When will we see BEVs capable of true off-road, 4WD trips?
“Not too far away” is the answer. Rivian in the US has just begun customer deliveries of the first true off-road capable 4WD ute (the Rivian R1T) – with more ute and SUV models from other manufacturers to be released over the next couple of years. Whether more than one or two come to our shores is the tricky question.
To prove the R1T was a true off-road contender – Rivian released a documentary series on Apple TV+ last year called “Long Way Up”, as written up in TheDriven here. In it it showed prototype R1T utes driving from the tip of South America to Los Angeles in California, covering 13 countries and doing nearly 21,000km in 100 days.
The R1T offers all sorts of off-road and camping capabilities – including an optional camp kitchen drawer that inventively uses space freed up by not having an ICE powertrain.
By the way, that camp kitchen option comes with both an induction cooktop and 240V power outlets – making the Rivian perfect for ‘glamping’ weekends away.
The Rivian R1T is slated for Australian release – hopefully sometime in 2022. Test versions of both the R1T and the R1S (the SUV version of the R1T) have arrived and are being road-tested in Australia.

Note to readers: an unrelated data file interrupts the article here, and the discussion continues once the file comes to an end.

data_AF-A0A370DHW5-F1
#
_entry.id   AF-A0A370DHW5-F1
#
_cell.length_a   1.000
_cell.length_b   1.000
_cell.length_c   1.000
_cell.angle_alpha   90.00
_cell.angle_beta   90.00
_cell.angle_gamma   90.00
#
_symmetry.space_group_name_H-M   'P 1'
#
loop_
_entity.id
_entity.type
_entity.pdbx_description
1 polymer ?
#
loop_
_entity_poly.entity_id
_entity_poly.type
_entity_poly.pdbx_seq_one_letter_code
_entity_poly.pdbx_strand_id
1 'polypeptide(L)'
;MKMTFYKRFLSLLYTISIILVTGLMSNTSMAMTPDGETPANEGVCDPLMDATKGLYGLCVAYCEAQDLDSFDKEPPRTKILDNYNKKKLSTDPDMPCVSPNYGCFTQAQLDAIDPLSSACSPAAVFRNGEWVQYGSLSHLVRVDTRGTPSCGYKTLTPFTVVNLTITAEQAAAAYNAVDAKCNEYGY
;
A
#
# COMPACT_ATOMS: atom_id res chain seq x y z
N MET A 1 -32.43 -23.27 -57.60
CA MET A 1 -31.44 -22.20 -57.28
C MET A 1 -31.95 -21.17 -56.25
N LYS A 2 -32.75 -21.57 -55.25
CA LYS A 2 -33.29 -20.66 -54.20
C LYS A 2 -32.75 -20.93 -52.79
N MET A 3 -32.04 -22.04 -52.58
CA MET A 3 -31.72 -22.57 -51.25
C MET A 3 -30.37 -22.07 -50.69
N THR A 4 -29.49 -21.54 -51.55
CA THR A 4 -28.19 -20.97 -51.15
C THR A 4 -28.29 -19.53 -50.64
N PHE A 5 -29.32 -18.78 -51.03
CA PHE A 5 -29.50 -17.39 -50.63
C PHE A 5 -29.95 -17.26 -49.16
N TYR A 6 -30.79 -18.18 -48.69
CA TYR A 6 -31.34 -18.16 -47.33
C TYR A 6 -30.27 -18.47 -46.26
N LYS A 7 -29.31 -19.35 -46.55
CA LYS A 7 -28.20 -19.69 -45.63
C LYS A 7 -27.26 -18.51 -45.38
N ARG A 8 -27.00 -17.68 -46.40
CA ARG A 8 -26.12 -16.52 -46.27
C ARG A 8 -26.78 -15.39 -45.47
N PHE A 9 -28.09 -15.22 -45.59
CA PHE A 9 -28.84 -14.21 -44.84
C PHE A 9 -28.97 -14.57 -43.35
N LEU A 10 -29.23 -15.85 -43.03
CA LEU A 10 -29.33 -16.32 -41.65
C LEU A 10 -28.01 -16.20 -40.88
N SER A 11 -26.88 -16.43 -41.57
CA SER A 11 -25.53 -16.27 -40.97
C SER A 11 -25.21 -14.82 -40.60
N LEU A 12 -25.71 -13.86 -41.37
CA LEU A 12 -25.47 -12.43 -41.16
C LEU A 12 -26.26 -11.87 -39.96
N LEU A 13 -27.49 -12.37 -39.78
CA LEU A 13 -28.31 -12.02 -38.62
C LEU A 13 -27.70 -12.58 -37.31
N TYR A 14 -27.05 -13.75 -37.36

On top of the two from Rivian comes the recently announced Ford F150 Lightning.
A full battery EV with a rumoured maximum 750km range (officially it is to be 500km when carrying a 1 tonne load), a huge ‘froot’ (front boot) capacity of 400L and 240V outlets providing power it is due for US release in May 2022. Sadly, according to Ford, the F150 Lightning won’t be coming to Australia any time soon.
Further examples include GM relaunching Hummer as a full EV brand and a Chevrolet Silverado BEV. Several start-ups are also marking out the utilitarian vehicle space – including Bollinger with their B2 BEV ute.
Further down the line comes the Mercedes EQG concept. Recently shown at the 2021 Munich Motor show, it is a reboot of the classic Mercedes G series – as full electric. Whilst Mercedes are yet to set a production date, rumours suggest that we may see it on (and off) the roads in 2023 or 2024.
It seems once the floodgates open, there will be a deluge of BEV utes and SUVs hitting the market.